- The Washington Times - Wednesday, April 13, 2011

The United States should stop panicking and start mining rare earth metals that now come principally from China, experts say, prompting several lawmakers to introduce bills to “survey” U.S. stocks and encourage domestic production. (“U.S. urged to mine rare earth minerals,” Page 1, Tuesday).

At this point, unfortunately, there’s not much to survey, much less produce, aside from one known deposit (Molycorp’s in California) and vast expanses where the minerals might be found, if anyone were permitted to look.

However, well over 500 million acres of America’s best rare earth and other mineral prospects are locked up, off-limits to mineral exploration and development. That’s more land than in Arizona, Colorado, Montana, Nevada, New Mexico, Utah and Wyoming combined - under a host of wilderness, park, preserve, wildlife refuge, wilderness study and other restrictive land-use categories.

Regardless of how much we need rare earths for permanent magnets, high-tech automobiles, smartphones, smart bombs, computers and other uses, the Interior Department, Environmental Protection Agency, environmentalists and most Democrats adamantly oppose prospecting or mining on any of these lands. They won’t even ease their opposition to produce the specialized metals needed to manufacture their holy grails: wind turbines, solar panels and hybrid and electric cars.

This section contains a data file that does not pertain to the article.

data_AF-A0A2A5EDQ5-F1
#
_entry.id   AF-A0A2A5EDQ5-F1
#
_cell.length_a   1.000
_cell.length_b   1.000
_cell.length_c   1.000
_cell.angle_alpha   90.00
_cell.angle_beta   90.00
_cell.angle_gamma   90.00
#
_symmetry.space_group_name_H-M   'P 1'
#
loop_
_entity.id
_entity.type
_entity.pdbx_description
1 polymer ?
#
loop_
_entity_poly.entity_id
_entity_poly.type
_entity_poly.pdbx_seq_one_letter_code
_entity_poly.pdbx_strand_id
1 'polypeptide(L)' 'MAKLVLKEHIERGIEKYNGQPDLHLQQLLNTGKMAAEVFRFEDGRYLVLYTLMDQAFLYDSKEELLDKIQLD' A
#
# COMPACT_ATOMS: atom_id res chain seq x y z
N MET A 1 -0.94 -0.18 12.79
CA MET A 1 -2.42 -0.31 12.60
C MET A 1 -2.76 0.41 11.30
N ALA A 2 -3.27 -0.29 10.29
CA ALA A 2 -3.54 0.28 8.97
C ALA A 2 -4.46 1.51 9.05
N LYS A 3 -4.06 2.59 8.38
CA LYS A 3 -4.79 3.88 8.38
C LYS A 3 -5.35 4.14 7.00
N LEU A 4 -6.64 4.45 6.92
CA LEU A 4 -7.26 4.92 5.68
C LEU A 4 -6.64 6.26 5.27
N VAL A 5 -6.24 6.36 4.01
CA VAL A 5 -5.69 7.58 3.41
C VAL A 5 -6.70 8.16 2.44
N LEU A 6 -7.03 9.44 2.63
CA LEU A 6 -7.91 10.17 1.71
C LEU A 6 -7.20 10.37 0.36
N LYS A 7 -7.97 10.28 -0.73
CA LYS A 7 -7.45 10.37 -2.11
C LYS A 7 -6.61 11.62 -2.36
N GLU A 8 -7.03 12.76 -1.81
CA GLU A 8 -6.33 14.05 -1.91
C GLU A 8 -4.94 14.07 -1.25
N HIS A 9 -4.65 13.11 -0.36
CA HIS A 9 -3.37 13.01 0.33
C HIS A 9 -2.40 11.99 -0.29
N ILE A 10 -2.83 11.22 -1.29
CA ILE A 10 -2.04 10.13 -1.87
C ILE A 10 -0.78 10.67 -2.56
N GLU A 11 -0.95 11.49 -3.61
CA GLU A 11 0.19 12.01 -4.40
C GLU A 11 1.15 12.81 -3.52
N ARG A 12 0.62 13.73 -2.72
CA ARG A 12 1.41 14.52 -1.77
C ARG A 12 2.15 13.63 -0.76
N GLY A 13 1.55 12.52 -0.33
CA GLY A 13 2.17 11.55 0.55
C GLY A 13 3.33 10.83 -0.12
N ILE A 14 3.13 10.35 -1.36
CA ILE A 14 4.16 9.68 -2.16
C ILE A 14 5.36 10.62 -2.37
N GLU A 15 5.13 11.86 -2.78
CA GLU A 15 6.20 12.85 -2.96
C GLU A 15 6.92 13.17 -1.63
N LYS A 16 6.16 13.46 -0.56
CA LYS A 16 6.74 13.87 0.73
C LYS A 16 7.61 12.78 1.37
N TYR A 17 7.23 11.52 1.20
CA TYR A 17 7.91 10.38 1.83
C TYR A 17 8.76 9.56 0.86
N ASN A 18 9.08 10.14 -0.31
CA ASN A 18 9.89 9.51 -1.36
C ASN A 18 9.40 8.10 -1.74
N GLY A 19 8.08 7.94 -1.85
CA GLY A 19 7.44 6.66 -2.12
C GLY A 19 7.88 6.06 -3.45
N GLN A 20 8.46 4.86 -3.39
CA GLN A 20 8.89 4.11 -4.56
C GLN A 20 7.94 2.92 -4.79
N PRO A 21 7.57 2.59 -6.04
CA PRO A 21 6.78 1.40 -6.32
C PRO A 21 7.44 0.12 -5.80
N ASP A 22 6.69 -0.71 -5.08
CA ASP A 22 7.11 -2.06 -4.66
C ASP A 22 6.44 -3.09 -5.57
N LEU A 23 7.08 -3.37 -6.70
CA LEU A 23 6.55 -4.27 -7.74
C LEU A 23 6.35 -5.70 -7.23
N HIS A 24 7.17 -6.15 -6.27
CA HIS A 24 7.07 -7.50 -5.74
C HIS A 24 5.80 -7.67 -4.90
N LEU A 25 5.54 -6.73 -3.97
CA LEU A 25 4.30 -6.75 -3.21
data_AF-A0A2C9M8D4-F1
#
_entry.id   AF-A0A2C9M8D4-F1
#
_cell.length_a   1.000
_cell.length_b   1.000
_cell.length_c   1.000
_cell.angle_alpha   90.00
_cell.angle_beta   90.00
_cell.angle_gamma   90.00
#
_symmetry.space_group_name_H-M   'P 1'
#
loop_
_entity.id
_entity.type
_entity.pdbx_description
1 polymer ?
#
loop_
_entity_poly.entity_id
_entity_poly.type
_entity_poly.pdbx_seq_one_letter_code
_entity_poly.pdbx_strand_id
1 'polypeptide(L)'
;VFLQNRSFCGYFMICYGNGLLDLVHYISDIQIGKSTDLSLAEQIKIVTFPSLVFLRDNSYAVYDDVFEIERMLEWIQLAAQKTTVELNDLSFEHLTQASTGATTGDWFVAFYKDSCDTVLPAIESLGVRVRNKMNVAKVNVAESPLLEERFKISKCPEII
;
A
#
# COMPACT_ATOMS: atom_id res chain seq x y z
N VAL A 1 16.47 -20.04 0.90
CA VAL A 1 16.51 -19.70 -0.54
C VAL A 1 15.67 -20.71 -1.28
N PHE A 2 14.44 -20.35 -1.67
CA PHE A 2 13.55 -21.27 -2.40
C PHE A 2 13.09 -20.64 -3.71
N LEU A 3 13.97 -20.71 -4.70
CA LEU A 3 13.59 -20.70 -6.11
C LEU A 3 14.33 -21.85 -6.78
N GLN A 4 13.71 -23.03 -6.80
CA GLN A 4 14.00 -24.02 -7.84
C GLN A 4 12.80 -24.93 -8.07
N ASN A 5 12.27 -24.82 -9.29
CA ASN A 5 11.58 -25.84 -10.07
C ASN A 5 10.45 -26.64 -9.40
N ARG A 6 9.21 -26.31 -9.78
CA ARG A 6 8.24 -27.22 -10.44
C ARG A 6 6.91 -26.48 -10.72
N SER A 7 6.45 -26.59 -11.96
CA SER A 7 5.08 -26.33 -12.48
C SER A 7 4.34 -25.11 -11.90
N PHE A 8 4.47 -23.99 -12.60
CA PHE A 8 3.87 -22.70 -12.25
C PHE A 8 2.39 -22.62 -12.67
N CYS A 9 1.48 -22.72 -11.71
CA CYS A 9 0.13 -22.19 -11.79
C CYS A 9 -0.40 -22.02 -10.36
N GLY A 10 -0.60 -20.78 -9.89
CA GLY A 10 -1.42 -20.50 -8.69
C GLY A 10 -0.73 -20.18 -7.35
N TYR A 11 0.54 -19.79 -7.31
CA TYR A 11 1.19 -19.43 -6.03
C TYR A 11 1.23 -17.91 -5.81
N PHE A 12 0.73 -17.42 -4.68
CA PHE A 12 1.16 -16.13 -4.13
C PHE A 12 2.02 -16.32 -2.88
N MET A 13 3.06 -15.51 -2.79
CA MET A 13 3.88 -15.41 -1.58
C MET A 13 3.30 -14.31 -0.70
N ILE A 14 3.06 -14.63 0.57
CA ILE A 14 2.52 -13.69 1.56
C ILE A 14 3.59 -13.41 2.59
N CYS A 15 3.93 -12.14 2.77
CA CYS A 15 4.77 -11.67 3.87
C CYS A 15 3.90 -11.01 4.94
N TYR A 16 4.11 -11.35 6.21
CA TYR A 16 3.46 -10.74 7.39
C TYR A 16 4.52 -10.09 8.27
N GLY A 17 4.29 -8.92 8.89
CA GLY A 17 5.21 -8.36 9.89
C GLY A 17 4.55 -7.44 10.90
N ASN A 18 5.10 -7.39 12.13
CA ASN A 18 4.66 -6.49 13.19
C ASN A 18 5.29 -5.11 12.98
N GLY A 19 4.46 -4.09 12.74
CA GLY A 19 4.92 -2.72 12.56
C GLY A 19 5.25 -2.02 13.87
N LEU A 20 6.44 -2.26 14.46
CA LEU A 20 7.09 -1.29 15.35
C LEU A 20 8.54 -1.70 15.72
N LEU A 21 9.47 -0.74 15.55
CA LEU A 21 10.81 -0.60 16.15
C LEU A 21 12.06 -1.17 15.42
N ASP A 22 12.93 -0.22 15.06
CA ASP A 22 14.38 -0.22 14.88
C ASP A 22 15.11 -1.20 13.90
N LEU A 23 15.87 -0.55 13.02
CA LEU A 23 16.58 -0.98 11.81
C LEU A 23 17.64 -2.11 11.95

Nor will unions break with these anti-development radicals to “create or save” millions of U.S. jobs. Even Sen. Debbie Stabenow, Michigan Democrat, hasn’t raised a finger to support opening these lands for the sake of her state’s embattled and taxpayer-subsidized automobile industry.



Meanwhile, China and Mongolia have become international sacrifice areas - with the environment and workers’ health imperiled to produce rare earths for a hungry world under standards that weren’t tolerated in the United States 50 years ago. A quick Internet search for images from Baotou, Mongolia, will leave armchair researchers shocked by what they see.

So three cheers for members of Congress who have introduced legislation to encourage domestic production. Even a small dose of sanity in our energy and environmental laws is long overdue.

PAUL DRIESSEN

Committee For A Constructive Tomorrow

Fairfax, Va.

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